In a sense, residents and visitors of the city enjoy open borders while there. In fact, the actual border is only marked in a few places. One of such places is International Plaza, a green space in the city center with an obelisk flanked by the Brazilian and Uruguayan flags on their respective sides of the border. It’s a bit of a tourist attraction similar to that of Four Corners Monument where one can stand in Arizona, New Mexico, Colorado and Utah at the same time.

However, this Peace Border between Uruguay and Brazil does not mean the two countries have an open border policy — a de facto open border exists for those living, working, or visiting and staying within the city. On one hand, those entering the city from Uruguay with the intent of continuing further into Brazil (or vice versa) must go through the joint border inspection checkpoint located in the city center. On the other hand, those who visit the city from Uruguay but do not travel beyond the city limits into Brazil (or vice versa) would not show their passports, even though they may technically cross into the other country while visiting certain parts of the city.

This could work as a model for the borders we establish between the left and right in the United States through a peaceful national divorce and partition. But a model is only that — a model. We would have to adapt the specifics of how these Peace Borders would apply to our situation and meet our unique needs. However, as a thought experiment, let’s consider how Peace Borders would work after a national divorce between the left and the right in the United States.

Sunriver (pop. 1200) and Three Rivers (pop. 3500) are two small towns just south of Bend, Oregon. If we were to opt for a micro-level national divorce along ideological lines, the border between the left from right would divide these two small otherwise highly interconnected towns at Harper Bridge, as Sunriver to the north is more left-leaning while Three Rivers to the south leans right. A Peace Border would allow these two municipalities to continue functioning as they do now without barriers to free movement or commerce. However, anyone traveling through these cities from blue America further into red America (or vice versa) would have to stop at a joint border checkpoint, one which could be built next to to the post office in Sunriver.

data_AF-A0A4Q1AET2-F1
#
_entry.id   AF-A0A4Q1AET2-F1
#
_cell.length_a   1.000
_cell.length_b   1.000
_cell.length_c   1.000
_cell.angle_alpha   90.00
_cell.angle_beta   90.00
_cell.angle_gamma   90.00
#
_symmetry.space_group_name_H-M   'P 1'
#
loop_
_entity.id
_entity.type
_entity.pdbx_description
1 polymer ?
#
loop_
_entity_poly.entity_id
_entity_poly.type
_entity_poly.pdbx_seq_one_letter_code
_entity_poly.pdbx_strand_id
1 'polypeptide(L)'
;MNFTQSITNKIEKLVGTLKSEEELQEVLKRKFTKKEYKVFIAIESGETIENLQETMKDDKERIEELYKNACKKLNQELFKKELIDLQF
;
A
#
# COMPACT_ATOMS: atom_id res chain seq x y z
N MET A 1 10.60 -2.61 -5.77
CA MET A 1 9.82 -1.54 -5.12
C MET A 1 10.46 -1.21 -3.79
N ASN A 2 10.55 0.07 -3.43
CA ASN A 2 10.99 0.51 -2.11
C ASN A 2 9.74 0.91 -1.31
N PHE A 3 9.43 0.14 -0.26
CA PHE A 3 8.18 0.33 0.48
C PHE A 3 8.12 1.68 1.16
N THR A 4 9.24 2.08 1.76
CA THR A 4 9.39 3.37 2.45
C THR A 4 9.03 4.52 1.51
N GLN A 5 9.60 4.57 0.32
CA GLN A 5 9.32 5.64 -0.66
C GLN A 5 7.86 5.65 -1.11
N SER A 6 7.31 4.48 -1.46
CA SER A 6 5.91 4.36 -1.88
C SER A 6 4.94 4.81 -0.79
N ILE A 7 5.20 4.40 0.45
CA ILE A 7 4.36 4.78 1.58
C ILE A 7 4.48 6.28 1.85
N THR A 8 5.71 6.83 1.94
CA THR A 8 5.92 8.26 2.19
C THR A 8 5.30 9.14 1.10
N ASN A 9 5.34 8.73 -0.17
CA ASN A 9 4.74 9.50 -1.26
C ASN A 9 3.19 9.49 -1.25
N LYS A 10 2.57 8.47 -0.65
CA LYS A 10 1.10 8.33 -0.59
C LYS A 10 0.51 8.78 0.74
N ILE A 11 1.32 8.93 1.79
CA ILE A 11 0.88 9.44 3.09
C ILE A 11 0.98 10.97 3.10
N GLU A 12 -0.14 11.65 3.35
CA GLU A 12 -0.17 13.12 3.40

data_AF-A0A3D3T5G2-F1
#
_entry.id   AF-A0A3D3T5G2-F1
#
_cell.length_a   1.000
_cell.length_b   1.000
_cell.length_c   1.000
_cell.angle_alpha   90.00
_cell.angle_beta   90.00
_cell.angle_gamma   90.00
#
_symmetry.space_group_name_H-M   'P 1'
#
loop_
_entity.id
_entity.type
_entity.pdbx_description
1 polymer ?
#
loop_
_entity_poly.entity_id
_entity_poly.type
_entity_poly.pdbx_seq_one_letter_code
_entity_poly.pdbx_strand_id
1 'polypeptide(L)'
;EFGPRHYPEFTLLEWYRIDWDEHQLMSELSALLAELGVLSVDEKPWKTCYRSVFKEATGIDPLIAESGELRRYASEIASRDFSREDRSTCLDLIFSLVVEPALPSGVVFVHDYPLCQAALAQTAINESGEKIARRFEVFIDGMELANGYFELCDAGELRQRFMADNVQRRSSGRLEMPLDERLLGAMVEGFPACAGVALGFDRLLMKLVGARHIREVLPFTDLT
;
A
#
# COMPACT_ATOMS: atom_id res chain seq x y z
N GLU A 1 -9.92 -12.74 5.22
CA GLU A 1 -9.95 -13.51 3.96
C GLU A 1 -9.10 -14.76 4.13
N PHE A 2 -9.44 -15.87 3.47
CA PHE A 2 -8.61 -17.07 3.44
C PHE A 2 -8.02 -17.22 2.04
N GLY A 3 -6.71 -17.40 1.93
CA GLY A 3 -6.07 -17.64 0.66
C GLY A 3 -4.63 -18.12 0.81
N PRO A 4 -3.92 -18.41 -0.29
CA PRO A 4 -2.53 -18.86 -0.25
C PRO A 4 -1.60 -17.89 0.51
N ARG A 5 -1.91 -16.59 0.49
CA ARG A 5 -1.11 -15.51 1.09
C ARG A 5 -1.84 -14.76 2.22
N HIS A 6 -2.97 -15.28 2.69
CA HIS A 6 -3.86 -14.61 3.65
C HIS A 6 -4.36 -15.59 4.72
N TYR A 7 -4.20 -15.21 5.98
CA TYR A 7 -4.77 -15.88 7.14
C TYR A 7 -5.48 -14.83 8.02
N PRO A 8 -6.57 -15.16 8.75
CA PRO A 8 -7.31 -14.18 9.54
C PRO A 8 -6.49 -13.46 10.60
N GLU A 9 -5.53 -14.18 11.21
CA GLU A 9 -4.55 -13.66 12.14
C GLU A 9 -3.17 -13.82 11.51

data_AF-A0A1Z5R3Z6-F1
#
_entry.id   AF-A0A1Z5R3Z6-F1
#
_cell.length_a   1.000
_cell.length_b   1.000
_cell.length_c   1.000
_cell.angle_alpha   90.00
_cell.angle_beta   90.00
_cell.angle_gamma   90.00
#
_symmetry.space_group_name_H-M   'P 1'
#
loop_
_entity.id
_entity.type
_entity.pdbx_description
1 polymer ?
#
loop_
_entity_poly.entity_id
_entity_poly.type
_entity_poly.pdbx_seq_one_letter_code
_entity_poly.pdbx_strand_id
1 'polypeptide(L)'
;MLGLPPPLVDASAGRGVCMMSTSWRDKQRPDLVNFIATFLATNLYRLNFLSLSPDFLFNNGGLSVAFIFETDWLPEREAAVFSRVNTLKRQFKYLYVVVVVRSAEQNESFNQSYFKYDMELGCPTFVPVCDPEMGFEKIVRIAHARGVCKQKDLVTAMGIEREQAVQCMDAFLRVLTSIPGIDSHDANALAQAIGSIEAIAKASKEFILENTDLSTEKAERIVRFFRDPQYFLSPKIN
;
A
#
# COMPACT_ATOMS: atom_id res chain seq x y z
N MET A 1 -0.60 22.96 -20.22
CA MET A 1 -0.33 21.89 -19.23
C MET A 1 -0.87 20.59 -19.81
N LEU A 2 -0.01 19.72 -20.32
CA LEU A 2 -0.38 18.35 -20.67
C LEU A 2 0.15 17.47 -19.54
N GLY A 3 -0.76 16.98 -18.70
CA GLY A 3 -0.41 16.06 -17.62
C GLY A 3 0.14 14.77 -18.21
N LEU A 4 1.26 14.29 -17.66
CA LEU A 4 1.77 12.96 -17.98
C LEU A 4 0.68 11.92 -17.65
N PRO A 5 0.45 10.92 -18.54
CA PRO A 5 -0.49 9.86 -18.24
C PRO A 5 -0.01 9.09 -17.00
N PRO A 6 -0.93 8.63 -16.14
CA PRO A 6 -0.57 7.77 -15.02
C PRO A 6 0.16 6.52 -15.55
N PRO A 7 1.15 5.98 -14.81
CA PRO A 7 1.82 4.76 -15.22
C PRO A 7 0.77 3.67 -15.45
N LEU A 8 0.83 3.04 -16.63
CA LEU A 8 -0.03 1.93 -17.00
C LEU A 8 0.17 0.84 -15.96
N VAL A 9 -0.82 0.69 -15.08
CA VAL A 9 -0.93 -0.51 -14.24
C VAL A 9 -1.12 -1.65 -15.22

The result is that residents of right-leaning Three Rivers would still be able to use Sunriver Regional Airport without formally crossing an international border to get there, while residents of left-leaning Sunriver could continue shopping at The Village at Sunriver — a shopping center within Sunriver city limits that falls on the red side of the left/right divide — without formally crossing an international border. Likewise, residents of both municipalities would be able to use the Woodlands Golf Course in Sunriver and the Crosswater Golf Course in Three Rivers without passport checks.

The main problem of national divorce is how to divide red and blue America without tearing communities apart. Peace Borders is a great solution to this problem that not only keeps interconnected communities together, but also reinforces the idea that while the left and right have major political, ideological, and cultural differences, we still have much in common. National divorce is a proposal that allows both sides of the political spectrum to live “under their own roofs” and thus set their own rules, but we don’t need to build walls or fences between communities that have lived and worked together for centuries in order to do so.

We can establish traditional international borders with checkpoints and passport stamps between left and right America and Peace Borders, such as the one in Rivera, Uruguay, in those American towns and cities that happen to straddle that border. Doing so will avoid dividing up deeply connected and interdependent communities.